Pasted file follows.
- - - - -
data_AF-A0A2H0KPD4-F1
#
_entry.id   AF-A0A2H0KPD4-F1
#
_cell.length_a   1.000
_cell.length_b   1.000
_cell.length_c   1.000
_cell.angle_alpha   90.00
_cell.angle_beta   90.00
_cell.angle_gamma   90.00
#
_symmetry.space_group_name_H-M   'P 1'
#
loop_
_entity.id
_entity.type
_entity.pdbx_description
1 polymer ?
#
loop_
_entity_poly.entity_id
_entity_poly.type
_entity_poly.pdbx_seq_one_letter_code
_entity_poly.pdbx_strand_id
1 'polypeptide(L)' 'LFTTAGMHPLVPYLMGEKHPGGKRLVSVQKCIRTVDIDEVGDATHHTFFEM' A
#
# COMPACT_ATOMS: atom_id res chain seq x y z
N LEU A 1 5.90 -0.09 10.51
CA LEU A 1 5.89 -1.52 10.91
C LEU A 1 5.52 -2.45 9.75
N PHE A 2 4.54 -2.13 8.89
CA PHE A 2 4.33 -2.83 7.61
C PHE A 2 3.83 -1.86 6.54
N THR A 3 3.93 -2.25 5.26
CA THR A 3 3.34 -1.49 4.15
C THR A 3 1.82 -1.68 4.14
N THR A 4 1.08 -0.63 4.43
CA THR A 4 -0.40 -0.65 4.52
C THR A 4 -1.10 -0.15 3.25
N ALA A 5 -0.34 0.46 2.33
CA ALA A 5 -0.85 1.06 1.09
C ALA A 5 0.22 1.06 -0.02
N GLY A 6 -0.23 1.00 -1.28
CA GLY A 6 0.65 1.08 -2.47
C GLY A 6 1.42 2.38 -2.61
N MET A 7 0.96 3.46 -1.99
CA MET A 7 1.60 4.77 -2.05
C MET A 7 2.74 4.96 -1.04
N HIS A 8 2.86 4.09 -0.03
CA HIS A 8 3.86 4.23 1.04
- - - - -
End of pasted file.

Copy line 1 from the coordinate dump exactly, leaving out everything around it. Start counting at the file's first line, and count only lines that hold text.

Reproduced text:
data_AF-A0A2H0KPD4-F1